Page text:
Persimmons are delicious, but dried persimmons are divine. Totally divine!! Let me qualify that though. There are small, hard, dried out dried persimmons (in Japan they are ‘Made in China’) and then there are big, plump, soft, wet, sticky, gooey dried persimmons — sounds decidedly sexy and they are! These high-quality dried persimmons are very caramelly in taste that brings to mind the finest Medjool dates. And, the best ones, in my opinion, are made from the shigugaki, a persimmon so astringent that it simply cannot be eaten fresh. However, peel it and hang outside for 4-6 weeks and you have a luscious fruit meets caramel angelic delight.
Best of all, making hoshigaki is really easy, and it is fun. Gather some friends or family and make a big bunch of them and give some out to people for year end presents!
Any kind of persimmon can be used but the two most popular, I think, are the hachiya and shibu varieties.
When harvesting or purchasing persimmons for drying, the ones with a bit of the branch and stem still attached will make it easiest to securely attach the string. However, wooden skewers and so on can be improvised.
The fruit must be peeled, so you will want to select fruit that is firm and underripe enough to peel easily and handle easily.
Some people use a knife to peel, but I just use a general fruit and vegetable peeler — like you would use to peel a carrot. If you are doing a large batch of hoshigaki, you might want to have several different peelers on hand. I have found that new, very sharp ones are not as efficient to use as an older, somewhat dull one. A brand new sharp peeler seems to cut too deep the flesh.
I start at the top of the persimmon and go around it a few times, being careful not to hit and weaken the attached stem which needs to remain firmly in place during the drying process. Next, I peel the remainder vertically, from top to bottom.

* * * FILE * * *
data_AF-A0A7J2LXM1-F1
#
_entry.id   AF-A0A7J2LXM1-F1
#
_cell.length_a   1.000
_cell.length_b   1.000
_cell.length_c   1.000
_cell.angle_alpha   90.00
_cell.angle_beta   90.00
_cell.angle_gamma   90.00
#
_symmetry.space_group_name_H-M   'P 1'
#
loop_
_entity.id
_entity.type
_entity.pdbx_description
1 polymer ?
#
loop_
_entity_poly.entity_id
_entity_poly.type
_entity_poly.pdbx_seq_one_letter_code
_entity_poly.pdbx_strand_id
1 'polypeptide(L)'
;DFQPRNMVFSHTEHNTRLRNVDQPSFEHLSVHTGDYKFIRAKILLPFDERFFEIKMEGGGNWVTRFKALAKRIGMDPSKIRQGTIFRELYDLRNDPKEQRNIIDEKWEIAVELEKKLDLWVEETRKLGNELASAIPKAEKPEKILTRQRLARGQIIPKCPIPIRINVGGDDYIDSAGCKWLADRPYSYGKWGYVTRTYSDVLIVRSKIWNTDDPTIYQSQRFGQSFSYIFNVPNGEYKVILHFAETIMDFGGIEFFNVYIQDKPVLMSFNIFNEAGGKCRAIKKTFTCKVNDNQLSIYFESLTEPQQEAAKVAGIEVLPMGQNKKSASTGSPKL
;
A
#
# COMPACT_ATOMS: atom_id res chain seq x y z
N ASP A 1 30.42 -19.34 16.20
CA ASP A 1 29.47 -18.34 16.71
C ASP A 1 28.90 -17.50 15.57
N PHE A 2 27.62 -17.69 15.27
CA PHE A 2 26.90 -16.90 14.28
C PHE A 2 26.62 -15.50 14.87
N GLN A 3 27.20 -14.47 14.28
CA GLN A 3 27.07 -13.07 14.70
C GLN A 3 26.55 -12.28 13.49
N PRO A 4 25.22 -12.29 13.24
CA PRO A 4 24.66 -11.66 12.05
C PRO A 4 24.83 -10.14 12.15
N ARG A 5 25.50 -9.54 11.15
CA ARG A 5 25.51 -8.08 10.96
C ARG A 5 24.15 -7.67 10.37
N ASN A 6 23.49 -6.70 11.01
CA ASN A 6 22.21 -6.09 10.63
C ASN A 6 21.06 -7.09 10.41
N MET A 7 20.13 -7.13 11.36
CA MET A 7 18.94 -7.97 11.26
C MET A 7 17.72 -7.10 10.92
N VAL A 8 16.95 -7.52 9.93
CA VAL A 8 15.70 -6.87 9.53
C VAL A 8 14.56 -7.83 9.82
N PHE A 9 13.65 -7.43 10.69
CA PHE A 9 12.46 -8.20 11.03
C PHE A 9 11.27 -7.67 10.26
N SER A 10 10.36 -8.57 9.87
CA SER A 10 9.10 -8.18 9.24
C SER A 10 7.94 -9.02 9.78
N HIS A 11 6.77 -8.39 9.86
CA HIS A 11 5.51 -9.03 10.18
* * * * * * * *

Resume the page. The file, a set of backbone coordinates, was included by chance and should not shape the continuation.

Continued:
The peels can be saved and dried and used to flavor tsukemono, if you make your own. Tsukemono is very easy to make with local vegetables and is healthy and tasty.
After peeling, some people say to use hot water or distilled alcohol to sterilize the surface of the peeled fruit. I have done this by dunking them in a pot of hot water or a pot of shochu. I doubt this really sterilizes the fruit, and, once it is hung outside, it is going to be in contact with no shortage of germs, not to mention the odd crow, weasel, house cat and so on. I usually neglect the sterilized step and have not experienced any negative result. If it is your first time to make hoshigaki, to be on the safe side, maybe not skip this step. If you can’t get shochu, just use some cheap vodka or similar spirit.
Stringing and Hanging
I prefer a thick, cotton string to string them up with. As the fruit hangs, one side will usually be in strong contact with the string, if the string is thin, it will cut into the fruit as it hangs. (To a certain degree, this is unavoidable.) Also, each string of persimmons will be quite heavy and as you move and hang the strings, your hands will appreciate a thicker string as it won’t cut into them.